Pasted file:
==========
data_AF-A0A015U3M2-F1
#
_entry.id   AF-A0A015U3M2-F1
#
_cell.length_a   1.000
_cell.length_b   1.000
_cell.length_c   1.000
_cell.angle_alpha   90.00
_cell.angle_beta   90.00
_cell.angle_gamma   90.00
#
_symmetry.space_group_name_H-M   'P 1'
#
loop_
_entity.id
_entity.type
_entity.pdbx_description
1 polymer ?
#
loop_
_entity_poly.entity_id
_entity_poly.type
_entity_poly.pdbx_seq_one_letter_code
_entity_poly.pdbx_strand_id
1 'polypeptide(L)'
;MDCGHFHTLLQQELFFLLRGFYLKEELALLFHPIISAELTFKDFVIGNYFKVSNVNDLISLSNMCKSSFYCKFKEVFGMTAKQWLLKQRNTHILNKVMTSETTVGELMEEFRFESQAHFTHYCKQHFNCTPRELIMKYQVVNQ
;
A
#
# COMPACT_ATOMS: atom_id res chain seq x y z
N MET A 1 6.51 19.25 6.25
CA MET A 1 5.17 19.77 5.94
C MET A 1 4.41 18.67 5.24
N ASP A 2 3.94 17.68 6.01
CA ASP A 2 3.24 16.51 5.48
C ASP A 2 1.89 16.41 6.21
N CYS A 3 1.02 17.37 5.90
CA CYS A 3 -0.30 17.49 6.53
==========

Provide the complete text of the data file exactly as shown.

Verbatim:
data_AF-A0A015U3M2-F1
#
_entry.id   AF-A0A015U3M2-F1
#
_cell.length_a   1.000
_cell.length_b   1.000
_cell.length_c   1.000
_cell.angle_alpha   90.00
_cell.angle_beta   90.00
_cell.angle_gamma   90.00
#
_symmetry.space_group_name_H-M   'P 1'
#
loop_
_entity.id
_entity.type
_entity.pdbx_description
1 polymer ?
#
loop_
_entity_poly.entity_id
_entity_poly.type
_entity_poly.pdbx_seq_one_letter_code
_entity_poly.pdbx_strand_id
1 'polypeptide(L)'
;MDCGHFHTLLQQELFFLLRGFYLKEELALLFHPIISAELTFKDFVIGNYFKVSNVNDLISLSNMCKSSFYCKFKEVFGMTAKQWLLKQRNTHILNKVMTSETTVGELMEEFRFESQAHFTHYCKQHFNCTPRELIMKYQVVNQ
;
A
#
# COMPACT_ATOMS: atom_id res chain seq x y z
N MET A 1 6.51 19.25 6.25
CA MET A 1 5.17 19.77 5.94
C MET A 1 4.41 18.67 5.24
N ASP A 2 3.94 17.68 6.01
CA ASP A 2 3.24 16.51 5.48
C ASP A 2 1.89 16.41 6.21
N CYS A 3 1.02 17.37 5.90
CA CYS A 3 -0.30 17.49 6.53